Thursday, August 16, 2012

Removing Barriers for Linux Hardware

Since 2007 I've had to send emails saying: "Sorry, we do not ship to your country."

I have squirmed in my seat while typing that reply. Free and Open Source Software doesn't have borders. The hardware shouldn't either.

It's impressive that people seek out GNU/Linux hardware builders, but it's even more impressive when people email asking, "Here is my background ___. Could I set up a ZaReason shop in my area?" Antonio, Marcus, Tommi, Richard, and so many others, when you emailed us expressing that you wanted to set up shop, I looked you up. All of the people, approximately 125, who requested this were "viable prospects", smart people who could follow through.

Please know that typing the "no" reply was literally painful. It's a problem I have not been able to solve.

For the first five years of ZaReason's beginning, I asked people in Silicon Valley for advice on global expansion, seemed the obvious source of support. 

There's always a part of the conversation where I have to clarify my personal intentions: "I'm not in it for the money." 

At that moment, I lose their respect.

Occasionally, there's an unkind comment indicating I'm financially clueless. 

Actually I'm financially savvy. I'm just not ruled by it. I have different priorities.

Today, I had lunch with @kiwiseabreeze an experienced lawyer. I said, "I'm not in it for the money," and instead of giving me that look that says, "You hippy twit," instead her eyes glowed, she "got it"; no more trying to explain the impossible. What a breakthrough! For the first time, I was able to express my main objectives without being dismissed.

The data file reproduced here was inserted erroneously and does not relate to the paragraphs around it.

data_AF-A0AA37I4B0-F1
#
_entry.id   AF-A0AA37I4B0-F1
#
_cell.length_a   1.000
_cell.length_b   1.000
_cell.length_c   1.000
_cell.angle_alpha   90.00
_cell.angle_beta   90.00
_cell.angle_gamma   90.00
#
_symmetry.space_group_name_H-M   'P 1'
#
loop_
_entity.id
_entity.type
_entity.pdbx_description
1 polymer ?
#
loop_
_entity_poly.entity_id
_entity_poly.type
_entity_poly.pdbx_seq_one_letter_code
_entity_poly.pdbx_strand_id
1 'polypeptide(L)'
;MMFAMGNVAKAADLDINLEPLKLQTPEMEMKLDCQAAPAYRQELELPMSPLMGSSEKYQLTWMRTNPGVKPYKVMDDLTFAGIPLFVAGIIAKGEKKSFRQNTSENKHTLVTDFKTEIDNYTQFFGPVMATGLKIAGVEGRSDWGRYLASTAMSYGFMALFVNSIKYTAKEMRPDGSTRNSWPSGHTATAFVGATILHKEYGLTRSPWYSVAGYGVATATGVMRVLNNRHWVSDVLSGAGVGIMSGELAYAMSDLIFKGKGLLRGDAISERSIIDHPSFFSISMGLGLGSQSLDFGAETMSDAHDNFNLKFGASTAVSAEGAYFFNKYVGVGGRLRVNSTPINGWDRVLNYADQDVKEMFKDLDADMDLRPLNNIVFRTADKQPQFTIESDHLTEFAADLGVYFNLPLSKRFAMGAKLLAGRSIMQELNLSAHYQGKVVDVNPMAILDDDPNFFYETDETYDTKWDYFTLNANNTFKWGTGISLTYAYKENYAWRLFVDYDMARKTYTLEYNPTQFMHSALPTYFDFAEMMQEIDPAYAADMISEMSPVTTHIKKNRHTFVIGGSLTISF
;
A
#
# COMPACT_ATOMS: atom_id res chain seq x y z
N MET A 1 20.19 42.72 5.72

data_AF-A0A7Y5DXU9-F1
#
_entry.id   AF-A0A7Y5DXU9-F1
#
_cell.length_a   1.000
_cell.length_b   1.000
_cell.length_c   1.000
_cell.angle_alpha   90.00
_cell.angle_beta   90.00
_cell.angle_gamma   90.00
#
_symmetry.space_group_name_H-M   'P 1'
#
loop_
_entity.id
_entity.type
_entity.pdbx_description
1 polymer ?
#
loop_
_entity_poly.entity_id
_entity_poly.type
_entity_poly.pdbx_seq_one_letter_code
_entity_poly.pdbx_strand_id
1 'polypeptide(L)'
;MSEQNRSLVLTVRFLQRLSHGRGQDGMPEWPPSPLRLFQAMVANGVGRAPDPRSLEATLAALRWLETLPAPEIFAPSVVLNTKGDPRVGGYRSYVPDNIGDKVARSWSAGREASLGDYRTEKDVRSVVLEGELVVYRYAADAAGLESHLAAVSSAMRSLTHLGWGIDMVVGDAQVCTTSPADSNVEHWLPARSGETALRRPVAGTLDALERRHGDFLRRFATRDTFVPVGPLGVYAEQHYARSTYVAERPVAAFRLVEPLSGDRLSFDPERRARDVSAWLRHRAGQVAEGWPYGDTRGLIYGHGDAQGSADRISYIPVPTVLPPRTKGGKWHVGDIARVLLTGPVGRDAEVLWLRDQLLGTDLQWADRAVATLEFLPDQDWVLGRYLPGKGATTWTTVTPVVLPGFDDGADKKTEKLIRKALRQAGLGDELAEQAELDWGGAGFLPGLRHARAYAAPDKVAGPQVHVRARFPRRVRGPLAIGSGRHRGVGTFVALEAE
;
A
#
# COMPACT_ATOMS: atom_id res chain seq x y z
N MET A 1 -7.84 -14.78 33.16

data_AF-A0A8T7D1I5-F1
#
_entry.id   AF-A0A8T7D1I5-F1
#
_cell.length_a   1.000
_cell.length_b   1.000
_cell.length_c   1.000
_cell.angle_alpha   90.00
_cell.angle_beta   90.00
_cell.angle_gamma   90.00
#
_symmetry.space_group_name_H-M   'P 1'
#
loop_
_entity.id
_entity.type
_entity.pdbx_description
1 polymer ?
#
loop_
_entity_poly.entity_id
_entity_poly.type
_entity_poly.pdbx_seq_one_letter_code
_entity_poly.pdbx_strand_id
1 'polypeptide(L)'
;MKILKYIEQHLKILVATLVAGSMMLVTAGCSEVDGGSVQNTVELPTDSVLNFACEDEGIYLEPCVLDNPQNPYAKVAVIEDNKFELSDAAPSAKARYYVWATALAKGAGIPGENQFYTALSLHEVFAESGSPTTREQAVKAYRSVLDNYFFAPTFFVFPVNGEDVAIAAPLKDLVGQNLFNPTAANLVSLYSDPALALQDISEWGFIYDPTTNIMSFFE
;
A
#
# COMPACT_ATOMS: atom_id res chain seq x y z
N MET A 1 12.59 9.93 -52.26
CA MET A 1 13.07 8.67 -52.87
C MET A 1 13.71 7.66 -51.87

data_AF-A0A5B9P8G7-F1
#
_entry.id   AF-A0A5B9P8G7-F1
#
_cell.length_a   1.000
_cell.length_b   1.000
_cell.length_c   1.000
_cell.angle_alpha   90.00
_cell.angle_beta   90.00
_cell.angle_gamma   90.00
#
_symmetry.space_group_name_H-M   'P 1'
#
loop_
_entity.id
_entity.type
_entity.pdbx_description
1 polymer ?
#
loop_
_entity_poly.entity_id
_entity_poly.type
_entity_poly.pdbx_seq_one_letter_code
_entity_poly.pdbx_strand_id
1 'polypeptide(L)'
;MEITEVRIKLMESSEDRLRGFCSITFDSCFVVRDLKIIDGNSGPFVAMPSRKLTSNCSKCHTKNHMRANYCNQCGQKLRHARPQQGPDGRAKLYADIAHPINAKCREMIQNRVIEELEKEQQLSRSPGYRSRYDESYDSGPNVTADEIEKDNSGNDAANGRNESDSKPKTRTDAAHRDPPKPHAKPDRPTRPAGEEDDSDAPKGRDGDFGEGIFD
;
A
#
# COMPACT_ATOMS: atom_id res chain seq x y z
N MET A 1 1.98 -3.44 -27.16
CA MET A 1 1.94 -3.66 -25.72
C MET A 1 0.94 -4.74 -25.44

She respectfully heard me out, listened to some of my goals and objectives, mulled them over. It's the first time I've been able to get past that initial first step.

Result: I can see more potential options for The Next Step.

It looks like the wish I've had since 2006 might be possible. My wildest hope:

1. We put together "the packet" that allows ZaReason shops to be set up in other countries by people other than myself.

2. We send out word to those who want Linux hardware in their country. "Find two people who have the time and energy to set up a shop and contact us." 

3. At our Berkeley headquarters, Tony Lam, the CTO, has fully transitioned to doing the core of R&D. Iqbal Haider, the CFO, has fully transitioned to taking care of all ZaReason finance, making sure we're profitable, so Earl & I have been free (since April 2012) to set up other shops. Problem is there are only 2 of us and 20+ countries that could use Linux hardware asap.

Description of shops: 
Early days at Berkeley, CA shop, L-R, Earl, Vincent, Mark Terranova ("Hi Mark!"), Aaron Thomas, Kory
  1. 1,400-1,600 sq ft / 130-150 sq m of ground floor retail / office
  2. two salaried employees: Tech Lead and Office Manager
  3. access to both full-time and plenty of part-time employees, flexible employees, preferably walking distance to research university
  4. near a major port (preferable) to reduce shipping costs

Sidenote: When a company takes the "light & local" approach, it's usually called a franchise. A regular franchise costs five to six digits to get going and franchisees anticipate these fees, including licensing fees (shiver-cringe). 

But ZaReason won't be run by people who attend franchise fairs.

ZaReason will be run by people with deep experience in the Tech Sector.

* people who have already had careers programming, developing, managing and are more than qualified to run a ZaReason shop

* recent grads or people with untapped enthusiasm who recognise the value of building high-end hardware for Linux only 

* LUG groups, maybe previously inactive, coming back together to form a group who run the local shop, combining talent and expertise

Since ZaReason in US and NZ don't have "extra" funds, the people setting up ZaReason shops in different countries will cover the startup costs such as getting their country's site set up, getting initial inventory, legal docs to set up business, and similar costs.